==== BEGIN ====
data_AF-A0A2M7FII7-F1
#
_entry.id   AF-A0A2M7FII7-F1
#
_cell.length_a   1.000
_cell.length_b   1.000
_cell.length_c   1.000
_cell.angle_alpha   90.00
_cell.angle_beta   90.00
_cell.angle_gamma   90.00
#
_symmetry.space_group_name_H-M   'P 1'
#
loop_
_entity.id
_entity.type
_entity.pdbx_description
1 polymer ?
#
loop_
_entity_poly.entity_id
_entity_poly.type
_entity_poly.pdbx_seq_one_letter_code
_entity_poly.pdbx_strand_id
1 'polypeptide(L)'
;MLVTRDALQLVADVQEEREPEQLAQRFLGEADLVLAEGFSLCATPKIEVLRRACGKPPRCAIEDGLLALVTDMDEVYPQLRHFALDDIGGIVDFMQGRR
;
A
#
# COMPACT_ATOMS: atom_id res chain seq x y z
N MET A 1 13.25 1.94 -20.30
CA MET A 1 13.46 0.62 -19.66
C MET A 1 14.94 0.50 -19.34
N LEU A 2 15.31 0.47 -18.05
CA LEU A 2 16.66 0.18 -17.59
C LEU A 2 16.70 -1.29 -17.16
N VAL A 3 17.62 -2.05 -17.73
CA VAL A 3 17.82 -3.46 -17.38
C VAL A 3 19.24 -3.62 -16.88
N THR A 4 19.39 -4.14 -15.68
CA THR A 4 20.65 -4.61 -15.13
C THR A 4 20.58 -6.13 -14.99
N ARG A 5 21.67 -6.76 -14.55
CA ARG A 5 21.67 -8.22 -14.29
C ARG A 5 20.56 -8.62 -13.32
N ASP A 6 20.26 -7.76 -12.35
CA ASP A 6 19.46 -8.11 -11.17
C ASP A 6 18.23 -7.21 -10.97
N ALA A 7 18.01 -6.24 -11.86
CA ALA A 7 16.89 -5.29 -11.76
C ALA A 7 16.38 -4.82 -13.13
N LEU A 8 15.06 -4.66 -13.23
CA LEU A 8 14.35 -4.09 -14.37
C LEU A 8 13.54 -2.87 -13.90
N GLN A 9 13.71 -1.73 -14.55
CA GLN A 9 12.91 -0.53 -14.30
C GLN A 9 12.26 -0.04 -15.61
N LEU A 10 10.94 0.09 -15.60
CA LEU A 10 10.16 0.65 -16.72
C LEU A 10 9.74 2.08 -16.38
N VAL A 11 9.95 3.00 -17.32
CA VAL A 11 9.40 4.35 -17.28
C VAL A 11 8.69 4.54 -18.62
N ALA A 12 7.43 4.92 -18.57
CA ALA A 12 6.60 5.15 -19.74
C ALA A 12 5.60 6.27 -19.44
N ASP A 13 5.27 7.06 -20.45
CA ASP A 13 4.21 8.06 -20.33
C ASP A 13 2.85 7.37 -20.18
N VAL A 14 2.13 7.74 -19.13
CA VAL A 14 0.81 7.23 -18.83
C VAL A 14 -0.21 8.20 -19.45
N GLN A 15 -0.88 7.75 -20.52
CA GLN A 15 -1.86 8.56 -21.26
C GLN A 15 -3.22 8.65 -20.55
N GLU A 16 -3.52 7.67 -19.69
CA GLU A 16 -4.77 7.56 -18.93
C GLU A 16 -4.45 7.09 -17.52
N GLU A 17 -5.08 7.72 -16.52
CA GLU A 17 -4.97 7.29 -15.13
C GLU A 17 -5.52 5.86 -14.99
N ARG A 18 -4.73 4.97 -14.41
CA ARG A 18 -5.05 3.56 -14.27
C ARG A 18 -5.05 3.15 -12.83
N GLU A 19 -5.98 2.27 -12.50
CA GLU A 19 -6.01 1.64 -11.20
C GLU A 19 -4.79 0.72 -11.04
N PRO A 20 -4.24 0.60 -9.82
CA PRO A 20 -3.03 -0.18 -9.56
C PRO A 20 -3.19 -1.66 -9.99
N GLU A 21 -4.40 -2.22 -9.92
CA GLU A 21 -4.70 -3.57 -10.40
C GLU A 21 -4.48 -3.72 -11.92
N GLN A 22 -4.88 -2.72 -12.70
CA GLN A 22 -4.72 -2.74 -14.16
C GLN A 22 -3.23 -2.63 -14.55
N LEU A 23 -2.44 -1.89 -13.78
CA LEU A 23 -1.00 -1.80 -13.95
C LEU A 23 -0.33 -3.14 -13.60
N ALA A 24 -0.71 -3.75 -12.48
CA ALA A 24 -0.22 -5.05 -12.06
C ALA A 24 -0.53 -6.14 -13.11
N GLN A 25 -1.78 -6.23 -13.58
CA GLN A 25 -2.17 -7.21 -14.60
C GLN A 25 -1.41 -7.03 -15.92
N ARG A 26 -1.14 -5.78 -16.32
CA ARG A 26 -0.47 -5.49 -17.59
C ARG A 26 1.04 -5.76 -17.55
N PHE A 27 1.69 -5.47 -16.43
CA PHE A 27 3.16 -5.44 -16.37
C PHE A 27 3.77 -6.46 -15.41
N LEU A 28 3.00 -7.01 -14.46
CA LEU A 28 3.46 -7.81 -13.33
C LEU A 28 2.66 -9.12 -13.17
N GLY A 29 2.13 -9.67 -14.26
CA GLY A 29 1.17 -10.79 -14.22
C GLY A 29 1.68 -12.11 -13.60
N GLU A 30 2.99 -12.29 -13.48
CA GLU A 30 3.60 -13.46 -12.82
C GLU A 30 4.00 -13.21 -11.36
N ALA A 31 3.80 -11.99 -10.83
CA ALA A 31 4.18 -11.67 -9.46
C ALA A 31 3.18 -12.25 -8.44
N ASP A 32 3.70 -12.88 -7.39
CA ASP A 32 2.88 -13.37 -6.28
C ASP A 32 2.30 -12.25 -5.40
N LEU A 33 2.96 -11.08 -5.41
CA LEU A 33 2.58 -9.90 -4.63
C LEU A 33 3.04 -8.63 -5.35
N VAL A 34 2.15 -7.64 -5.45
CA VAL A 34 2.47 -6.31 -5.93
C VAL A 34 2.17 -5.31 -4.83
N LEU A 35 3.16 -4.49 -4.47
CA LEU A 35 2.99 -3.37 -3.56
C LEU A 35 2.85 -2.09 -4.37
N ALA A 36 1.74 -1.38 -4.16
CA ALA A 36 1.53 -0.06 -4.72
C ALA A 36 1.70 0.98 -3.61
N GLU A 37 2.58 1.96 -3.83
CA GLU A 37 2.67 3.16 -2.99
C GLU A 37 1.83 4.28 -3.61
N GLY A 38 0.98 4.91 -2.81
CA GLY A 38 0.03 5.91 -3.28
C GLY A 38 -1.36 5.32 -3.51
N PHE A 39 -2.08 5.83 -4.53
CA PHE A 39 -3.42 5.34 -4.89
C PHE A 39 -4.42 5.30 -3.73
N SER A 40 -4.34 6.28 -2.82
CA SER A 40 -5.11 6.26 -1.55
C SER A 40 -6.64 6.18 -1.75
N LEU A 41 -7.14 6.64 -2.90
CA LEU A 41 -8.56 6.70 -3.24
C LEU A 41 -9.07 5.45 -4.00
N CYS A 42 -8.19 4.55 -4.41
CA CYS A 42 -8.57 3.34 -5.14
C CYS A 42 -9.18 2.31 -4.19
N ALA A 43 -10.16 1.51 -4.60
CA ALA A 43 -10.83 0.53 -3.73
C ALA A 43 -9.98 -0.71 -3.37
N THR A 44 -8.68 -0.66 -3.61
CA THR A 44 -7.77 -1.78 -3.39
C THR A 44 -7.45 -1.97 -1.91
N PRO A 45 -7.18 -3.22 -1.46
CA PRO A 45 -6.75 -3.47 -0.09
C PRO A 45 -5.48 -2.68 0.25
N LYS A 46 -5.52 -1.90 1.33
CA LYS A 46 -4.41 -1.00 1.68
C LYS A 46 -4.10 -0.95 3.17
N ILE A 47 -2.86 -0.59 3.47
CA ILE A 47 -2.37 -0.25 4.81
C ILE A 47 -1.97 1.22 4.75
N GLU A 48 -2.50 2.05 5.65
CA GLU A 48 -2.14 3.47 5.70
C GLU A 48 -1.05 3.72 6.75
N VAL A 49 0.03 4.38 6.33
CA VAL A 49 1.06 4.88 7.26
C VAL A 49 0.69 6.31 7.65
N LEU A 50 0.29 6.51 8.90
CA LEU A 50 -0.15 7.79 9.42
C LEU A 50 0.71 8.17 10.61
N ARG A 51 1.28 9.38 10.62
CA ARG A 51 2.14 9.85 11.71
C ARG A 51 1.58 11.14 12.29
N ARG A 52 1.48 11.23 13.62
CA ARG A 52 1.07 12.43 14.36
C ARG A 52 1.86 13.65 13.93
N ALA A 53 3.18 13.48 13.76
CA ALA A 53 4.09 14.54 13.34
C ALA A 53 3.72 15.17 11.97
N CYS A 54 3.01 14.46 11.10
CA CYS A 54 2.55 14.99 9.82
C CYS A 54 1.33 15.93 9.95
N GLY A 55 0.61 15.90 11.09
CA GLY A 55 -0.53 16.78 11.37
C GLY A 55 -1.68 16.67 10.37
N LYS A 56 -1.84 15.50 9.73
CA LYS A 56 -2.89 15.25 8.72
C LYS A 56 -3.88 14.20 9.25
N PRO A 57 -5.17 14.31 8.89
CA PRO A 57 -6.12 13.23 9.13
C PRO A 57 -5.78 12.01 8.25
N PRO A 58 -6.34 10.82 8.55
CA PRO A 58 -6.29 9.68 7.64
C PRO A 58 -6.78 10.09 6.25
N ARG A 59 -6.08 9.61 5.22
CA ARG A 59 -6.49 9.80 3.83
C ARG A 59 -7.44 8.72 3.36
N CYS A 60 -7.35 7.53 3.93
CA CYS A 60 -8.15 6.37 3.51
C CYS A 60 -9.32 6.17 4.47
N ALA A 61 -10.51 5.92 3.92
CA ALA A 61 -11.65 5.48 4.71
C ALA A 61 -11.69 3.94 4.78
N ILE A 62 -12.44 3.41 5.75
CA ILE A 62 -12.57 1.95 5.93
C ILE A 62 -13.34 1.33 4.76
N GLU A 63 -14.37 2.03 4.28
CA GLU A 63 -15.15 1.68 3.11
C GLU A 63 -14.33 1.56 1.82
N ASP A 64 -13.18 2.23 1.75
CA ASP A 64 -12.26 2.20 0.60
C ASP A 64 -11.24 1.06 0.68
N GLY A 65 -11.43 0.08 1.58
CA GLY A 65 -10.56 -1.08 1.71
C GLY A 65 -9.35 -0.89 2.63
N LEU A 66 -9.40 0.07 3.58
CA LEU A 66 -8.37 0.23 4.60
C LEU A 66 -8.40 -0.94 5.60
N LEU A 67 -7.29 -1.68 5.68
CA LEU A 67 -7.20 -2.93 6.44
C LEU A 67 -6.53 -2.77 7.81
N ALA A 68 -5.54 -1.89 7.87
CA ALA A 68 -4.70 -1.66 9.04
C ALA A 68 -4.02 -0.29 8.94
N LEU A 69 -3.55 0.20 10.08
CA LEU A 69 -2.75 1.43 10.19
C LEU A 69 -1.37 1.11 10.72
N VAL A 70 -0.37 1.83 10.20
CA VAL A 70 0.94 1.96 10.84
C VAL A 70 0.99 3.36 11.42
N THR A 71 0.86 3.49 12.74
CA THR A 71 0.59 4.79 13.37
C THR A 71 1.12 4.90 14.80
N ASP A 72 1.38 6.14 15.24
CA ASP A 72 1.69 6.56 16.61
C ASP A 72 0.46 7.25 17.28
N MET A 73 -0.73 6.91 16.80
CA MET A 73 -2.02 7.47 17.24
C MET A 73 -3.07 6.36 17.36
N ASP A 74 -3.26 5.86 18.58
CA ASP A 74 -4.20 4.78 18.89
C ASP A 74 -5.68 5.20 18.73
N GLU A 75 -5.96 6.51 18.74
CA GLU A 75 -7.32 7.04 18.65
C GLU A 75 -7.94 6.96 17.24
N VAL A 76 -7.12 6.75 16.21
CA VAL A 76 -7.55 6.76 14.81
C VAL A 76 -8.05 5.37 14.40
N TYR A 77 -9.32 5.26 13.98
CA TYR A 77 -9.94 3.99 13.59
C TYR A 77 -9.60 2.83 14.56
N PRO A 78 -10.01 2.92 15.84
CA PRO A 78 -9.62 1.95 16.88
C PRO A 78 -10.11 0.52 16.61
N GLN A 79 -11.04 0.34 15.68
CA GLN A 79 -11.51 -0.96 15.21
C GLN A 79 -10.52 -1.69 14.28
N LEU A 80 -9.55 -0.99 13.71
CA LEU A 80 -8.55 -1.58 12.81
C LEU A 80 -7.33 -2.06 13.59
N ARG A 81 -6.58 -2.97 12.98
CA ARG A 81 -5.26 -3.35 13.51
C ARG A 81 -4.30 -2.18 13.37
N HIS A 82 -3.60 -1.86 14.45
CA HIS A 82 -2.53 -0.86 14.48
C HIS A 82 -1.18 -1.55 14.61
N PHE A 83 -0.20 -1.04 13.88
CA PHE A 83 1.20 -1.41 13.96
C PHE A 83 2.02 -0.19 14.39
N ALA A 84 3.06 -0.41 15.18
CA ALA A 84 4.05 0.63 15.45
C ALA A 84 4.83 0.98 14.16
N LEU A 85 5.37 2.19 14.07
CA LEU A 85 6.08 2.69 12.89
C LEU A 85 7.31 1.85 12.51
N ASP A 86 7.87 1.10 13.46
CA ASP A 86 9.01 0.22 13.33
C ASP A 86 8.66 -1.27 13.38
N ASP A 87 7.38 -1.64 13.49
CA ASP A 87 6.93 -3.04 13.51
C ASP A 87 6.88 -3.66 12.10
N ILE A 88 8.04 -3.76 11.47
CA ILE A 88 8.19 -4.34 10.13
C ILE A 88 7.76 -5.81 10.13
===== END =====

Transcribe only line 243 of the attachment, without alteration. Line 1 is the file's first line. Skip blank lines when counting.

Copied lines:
C THR A 71 1.12 4.90 14.80